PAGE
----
Distributed KOS meaningful? Meaning of a concept depends on its semantic context within a KOS (and indexing practice, relevance judgements) Eg of KOS fragment (Getty AAT in FACET Web Demonstrator) Not necessarily straightforward apply KOS concepts out of this context (eg magenta) link in to other distributed structures and contexts Some open world Semantic Web implications problematic?
How to apply KOS? What is the purpose of a given KOS? - we need to specify/articulate more clearly Domain dependent level of precision in concept use Important to take into account how applications will process concepts Current KOS relationships at a useful level of generality for many retrieval-based applications (with some specialisation?) Cost/benefit issues for KOS applications in granularity of relationships and degree of formalisation
KOS in what kind of Semantic Web? Role for knowledge-based interactive tools in semantic web applications (in addition to emphasis on AI machine reasoning) –Reminiscent of old debates on appropriate limits to automation –A balance between system and human agency –Expert Systems or … Systems for Experts ? Smart, interactive tools allowing scope for tacit knowledge, informal representations
Contact Information Doug Tudhope School of Computing University of Glamorgan Pontypridd CF37 1DL Wales, UK firstname.lastname@example.org http://www.comp.glam.ac.uk/pages/staff/dstudhope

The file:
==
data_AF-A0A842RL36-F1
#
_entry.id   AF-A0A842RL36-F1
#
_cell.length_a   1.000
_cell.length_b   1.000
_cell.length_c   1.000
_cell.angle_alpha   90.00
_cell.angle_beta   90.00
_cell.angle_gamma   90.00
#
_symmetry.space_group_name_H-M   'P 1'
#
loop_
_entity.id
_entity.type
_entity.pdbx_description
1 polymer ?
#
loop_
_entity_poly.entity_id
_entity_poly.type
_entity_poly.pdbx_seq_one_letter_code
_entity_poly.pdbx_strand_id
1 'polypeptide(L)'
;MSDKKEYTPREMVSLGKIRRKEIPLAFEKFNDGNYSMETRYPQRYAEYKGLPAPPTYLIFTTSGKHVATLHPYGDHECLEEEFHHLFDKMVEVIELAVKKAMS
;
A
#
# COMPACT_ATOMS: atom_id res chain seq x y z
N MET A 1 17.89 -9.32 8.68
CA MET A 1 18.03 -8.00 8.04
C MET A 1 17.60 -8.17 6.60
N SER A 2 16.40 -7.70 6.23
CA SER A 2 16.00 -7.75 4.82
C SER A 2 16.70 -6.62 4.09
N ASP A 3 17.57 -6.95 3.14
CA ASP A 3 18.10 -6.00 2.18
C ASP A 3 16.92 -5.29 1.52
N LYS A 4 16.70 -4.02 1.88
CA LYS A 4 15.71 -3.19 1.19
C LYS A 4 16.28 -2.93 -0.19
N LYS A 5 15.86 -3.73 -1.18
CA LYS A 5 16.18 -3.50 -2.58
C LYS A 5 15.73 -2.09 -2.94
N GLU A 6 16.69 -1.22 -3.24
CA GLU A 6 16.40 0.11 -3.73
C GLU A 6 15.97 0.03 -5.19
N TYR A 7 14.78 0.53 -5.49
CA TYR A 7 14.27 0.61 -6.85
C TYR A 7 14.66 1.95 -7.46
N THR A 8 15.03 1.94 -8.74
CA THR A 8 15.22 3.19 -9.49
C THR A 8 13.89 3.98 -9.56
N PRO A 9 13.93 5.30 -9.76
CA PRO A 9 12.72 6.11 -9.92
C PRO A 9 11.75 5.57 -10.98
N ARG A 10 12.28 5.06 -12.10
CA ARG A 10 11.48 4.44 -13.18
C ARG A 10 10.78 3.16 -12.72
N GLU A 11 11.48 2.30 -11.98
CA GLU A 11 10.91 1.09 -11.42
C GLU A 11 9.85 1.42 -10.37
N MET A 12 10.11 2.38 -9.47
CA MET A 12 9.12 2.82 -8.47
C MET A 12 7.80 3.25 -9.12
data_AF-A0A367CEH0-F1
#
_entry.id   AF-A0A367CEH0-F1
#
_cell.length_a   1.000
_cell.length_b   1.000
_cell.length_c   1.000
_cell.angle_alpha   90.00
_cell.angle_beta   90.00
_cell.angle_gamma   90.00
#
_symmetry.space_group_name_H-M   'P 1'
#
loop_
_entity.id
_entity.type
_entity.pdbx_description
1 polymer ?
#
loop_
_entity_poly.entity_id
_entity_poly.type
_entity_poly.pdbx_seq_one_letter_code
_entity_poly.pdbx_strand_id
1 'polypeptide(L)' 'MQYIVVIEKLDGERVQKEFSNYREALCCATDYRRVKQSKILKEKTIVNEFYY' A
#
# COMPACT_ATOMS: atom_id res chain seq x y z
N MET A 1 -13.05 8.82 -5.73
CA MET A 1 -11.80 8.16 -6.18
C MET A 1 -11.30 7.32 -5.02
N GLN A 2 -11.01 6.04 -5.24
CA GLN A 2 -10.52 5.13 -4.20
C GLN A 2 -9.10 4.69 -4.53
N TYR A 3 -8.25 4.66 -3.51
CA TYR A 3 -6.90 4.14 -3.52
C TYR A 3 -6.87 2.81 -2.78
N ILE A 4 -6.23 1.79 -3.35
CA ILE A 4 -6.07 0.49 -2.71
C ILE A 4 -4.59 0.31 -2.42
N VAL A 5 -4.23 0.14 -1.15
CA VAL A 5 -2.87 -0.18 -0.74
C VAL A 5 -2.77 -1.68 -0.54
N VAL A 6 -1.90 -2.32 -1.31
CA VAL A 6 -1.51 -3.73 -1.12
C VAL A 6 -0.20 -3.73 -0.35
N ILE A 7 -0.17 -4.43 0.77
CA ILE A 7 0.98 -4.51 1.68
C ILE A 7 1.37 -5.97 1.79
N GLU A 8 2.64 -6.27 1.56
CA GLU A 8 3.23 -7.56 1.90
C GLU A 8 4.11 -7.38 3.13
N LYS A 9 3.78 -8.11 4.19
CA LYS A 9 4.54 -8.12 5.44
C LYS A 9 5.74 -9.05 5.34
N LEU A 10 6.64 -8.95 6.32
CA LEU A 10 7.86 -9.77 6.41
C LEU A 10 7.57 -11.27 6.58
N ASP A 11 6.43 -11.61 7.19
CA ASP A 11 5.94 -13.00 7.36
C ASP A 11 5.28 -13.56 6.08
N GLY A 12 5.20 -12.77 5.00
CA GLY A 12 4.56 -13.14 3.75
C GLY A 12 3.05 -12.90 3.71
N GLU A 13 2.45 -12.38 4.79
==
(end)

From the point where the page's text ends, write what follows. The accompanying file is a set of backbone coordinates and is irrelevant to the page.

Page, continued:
References Bates M. 1986. Subject access in online catalogs: a design model, Journal of the American Society for Information Science, 37(6), 357-376. Binding C., Tudhope D. 2004. KOS at your Service: Programmatic Access to Knowledge Organisation Systems. JoDI 4(4), http://jodi.tamu.edu/Articles/v04/i04/Binding/http://jodi.tamu.edu/Articles/v04/i04/Binding/ Blocks D., Cunliffe D. Tudhope D. A reference model for user-system interaction in thesaurus-based searching. 2006 (in press). Journal of the American Society for Information Science and Technology. Campbell K., Oliver D., Spackman K., Shortliffe E. 1998. Representing Thoughts, Words, and Things in the UMLS. Journal of the American Medical Informatics Association, 5 (5), 421-431. FACET Web demonstrator http://www.comp.glam.ac.uk/~FACET/webdemo/http://www.comp.glam.ac.uk/~FACET/webdemo/ FACET Xpath browsers http://www.comp.glam.ac.uk/~FACET/formats/http://www.comp.glam.ac.uk/~FACET/formats/ Greenberg J. 2001. Automatic query expansion via lexical-semantic relationships, Journal of the American Society for Information Science and Technology, 52(5), pp. 402-415. Gruber T. What is an ontology? http://ksl-web.stanford.edu/people/gruber/ Hendler J. Ontologies on the Semantic Web, In (S. Staab Ed.) Tremds & Controversies, IEEE Intelligent Systems, 73-74 Järvelin K., Kekäläinen J., Niemi T. 2003. ExpansionsTool: concept-based query extension and construction, Information Retrieval, 4(3/4), pp. 231-255 Smith B. 2003. Ontology. In: (L. Floridi (ed.), Blackwell Guide to the Philosophy of Computing and Information, Oxford: Blackwell, 2003, 155–166. (Longer draft at http://ontology.buffalo.edu/ontology(PIC).pdf) Tudhope D., Binding C., Blocks D., Cunliffe D. 2002. Compound Descriptors in Context: A Matching Function for Classifications and Thesauri. JCDL 2002, 84-93. full paper (pdf)full paper (pdf) Tudhope D., Binding C. 2005. Towards Terminology Services: experiences with a pilot web service thesaurus browser. Proc. International Conference on Dublin Core and Metadata Applications, (DC 2005), 269-273. (version forthcoming in ASIST Bulletin). Tudhope D., Binding C., Blocks D., Cunliffe D. Query expansion via conceptual distance in thesaurus indexed collections. 2006 (in press). Journal of Documentation.